Living Dangerously, by Jennie Lucas
Tomorrow is the day.
I’m kind of scared.
Or maybe a lot scared. I’ve been dreading this day since I turned 38. Actually, I’ve been dreading it since I was a teenager. I know some people stress about turning 30, but for me, 30 was no big deal.
40 is different.
Tomorrow, I will not only be older than all the Presents heroines, but older than the heroes. Statistically speaking, I will be in the middle of my life in a way that no amount of creative denial can deny. Like many of you, I grew up on romance novels and always knew I wanted that big happy ending – husband, work I loved, children.
Marrying the man of my dreams, settling down, writing for Harlequin Presents, having children – it’s amazing to me how all my dreams came true. I’m gobsmacked by that, and deeply grateful.
But now…I need some
new impossible dream to strive for.
What will that dream be? Honestly, I have no clue. I went to Seattle for a plot group weekend with three other authors in March and my mind went blank when they asked me to clearly state my goals for the upcoming year. I don’t have a goal. I just have a feeling.
I want to live more boldly.
I want to stop being afraid to take chances.
And I want to stop worrying what other people think of me. (Because you guys know the truth – I’m a total dork. I could trip over my own feet. So who do I think I’m fooling?)
Which do you think is harder – pursuing your dreams? Or even figuring out what they are in the first place?
I was thinking about that last summer, as I wrote my new Presents, A Night of Living Dangerously. Though she’s only in her 20s, Lilley Smith is feeling like a failure. She recently moved to San Francisco, determined to spend time with her new boyfriend, and (more importantly) to start a handmade jewelry business. But once she’s in San Francisco she finds herself avoiding both. Instead, she just spends all her time at her dead-end job, as the file clerk for an international luxury jewelry company, and trying to avoid the notice of her incredibly handsome CEO, Prince Alessandro Caetani.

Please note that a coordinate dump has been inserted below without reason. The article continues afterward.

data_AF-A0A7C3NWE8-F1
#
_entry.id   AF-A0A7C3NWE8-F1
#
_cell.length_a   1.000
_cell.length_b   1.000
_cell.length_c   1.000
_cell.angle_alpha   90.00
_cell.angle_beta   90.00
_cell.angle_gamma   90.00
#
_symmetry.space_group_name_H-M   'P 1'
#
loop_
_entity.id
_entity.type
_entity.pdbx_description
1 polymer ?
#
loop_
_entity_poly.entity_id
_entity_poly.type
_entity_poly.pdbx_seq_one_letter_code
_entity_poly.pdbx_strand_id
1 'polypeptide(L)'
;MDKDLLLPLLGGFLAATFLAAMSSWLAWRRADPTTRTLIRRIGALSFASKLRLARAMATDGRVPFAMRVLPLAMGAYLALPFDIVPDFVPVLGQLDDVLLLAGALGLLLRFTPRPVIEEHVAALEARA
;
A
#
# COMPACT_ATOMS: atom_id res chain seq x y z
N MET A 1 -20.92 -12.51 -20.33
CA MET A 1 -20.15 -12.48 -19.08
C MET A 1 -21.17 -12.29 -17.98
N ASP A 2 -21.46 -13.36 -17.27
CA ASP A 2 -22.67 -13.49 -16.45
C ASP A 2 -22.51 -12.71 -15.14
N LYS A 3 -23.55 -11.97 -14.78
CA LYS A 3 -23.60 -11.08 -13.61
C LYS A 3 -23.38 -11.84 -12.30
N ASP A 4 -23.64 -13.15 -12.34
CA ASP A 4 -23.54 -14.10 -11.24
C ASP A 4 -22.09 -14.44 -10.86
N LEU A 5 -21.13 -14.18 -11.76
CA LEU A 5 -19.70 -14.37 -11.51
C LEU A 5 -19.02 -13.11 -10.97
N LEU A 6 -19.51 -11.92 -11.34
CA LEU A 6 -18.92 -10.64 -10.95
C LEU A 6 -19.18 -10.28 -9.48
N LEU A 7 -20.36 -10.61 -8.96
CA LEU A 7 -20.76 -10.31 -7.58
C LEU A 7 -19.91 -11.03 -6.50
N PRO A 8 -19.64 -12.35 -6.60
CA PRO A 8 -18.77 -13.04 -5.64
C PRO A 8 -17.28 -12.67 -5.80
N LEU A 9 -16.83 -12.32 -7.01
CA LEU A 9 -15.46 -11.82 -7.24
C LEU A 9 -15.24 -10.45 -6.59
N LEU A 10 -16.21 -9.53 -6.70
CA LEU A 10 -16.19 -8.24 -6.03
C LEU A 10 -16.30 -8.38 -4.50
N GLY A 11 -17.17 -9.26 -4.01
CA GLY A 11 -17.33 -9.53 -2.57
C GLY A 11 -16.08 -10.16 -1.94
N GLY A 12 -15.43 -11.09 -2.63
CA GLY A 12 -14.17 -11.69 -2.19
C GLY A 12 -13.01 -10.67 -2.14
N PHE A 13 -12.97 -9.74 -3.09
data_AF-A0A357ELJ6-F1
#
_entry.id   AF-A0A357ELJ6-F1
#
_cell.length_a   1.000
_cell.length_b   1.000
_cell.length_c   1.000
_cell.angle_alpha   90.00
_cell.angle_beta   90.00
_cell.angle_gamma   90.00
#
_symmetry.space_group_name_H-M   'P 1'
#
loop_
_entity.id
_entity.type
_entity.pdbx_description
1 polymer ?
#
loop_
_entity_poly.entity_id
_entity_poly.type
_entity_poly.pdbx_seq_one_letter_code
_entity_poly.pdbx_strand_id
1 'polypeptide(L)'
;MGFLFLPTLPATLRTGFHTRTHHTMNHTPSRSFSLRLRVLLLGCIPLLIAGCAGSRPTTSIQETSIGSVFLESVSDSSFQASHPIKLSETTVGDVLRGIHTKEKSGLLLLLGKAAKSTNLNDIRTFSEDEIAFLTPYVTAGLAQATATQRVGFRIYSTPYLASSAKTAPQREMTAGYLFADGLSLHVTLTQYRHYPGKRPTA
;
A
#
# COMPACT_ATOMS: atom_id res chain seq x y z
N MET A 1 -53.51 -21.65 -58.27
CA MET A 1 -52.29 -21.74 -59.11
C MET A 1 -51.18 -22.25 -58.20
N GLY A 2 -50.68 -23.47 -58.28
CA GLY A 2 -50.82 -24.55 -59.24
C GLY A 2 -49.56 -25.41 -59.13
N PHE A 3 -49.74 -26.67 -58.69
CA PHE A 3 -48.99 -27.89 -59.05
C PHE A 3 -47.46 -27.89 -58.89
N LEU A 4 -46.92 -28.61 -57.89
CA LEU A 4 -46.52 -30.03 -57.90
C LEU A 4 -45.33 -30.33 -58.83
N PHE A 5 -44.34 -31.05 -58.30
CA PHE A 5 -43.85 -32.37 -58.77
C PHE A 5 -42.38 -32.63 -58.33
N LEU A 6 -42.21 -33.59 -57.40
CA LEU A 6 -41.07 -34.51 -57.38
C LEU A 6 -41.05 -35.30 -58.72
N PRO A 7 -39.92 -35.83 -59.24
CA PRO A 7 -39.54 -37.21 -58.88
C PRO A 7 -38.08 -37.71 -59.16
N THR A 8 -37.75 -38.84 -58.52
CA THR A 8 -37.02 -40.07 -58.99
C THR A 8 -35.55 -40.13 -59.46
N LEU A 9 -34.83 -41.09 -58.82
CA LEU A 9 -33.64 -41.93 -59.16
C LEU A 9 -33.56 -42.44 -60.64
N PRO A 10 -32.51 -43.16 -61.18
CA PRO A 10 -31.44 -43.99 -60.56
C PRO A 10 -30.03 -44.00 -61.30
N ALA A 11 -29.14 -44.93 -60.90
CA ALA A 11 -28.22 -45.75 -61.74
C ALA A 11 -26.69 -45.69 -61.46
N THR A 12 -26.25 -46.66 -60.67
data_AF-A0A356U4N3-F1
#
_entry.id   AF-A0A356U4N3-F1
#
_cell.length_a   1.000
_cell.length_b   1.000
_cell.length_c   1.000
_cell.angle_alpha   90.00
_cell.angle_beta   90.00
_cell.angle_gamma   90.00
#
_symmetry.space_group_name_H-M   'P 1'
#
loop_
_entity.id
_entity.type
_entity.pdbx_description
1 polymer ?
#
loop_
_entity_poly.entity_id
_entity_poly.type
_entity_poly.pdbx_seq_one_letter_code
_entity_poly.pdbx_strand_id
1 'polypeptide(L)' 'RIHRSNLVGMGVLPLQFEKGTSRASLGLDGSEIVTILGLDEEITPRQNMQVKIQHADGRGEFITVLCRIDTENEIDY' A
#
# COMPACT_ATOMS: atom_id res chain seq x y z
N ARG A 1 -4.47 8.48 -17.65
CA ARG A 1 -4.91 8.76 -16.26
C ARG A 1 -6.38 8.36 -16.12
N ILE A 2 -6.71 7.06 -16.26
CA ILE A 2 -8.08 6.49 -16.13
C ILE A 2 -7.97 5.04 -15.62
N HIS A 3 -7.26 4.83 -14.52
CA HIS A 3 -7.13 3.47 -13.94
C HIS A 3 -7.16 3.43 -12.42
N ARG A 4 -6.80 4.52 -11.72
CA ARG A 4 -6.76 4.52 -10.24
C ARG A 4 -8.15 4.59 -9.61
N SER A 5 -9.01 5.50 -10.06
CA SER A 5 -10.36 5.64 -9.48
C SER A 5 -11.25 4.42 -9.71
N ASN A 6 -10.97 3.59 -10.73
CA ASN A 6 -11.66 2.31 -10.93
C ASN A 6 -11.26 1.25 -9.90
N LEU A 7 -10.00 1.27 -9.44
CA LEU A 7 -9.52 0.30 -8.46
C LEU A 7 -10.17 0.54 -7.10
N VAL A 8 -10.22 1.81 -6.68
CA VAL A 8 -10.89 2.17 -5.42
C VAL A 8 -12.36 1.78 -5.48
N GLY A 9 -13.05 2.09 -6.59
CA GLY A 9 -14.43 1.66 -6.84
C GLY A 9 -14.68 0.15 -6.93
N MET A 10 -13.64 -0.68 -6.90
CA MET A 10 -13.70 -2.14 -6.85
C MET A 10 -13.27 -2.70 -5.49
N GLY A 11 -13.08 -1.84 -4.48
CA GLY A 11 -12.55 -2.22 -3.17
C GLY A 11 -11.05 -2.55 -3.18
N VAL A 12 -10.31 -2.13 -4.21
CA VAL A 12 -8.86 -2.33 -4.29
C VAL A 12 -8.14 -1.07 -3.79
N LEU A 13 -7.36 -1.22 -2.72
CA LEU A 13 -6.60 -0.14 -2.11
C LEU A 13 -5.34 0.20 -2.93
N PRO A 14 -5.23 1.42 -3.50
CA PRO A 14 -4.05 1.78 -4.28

Does that make Lilley a coward? Or is her body trying to tell her what her mind hasn’t accepted yet – that she was pursuing the wrong man, and the wrong dream?
When I was 20 years old, I once worked as a file clerk, too. I’d dropped out of college to become engaged to a man who was completely wrong for me. I felt broke and hopeless, spending eight hours a day alone, filing numbered files in a windowless room with concrete walls.
Twenty years later, so much has changed. As I type this, I’m sitting in the Venetian Hotel in Las Vegas, overlooking the casino, where I see excited, hungry-eyed people playing desperately to win their heart’s desire.
What is my own heart’s desire now? I don’t know. I don’t.
But I will.
And I have a question, particularly for those of you gorgeous women who are over 40. How have your lives gotten better? What do you love the most? Do you find you care less what other people think? Do you feel more free to be who you really are?
What do you wish someone had told you, the day before you turned 40?
P.S. The person who writes my favorite comment will receive a copy of Lilley Smith’s first story, when she was working as her cousin’s housekeeper in the south of France (in my novella The Count’s Secret Baby, in the August 2011 anthology The Secret Baby Scandal with awesome writer Kate Hewitt). So another good reason to give me your best advice – please!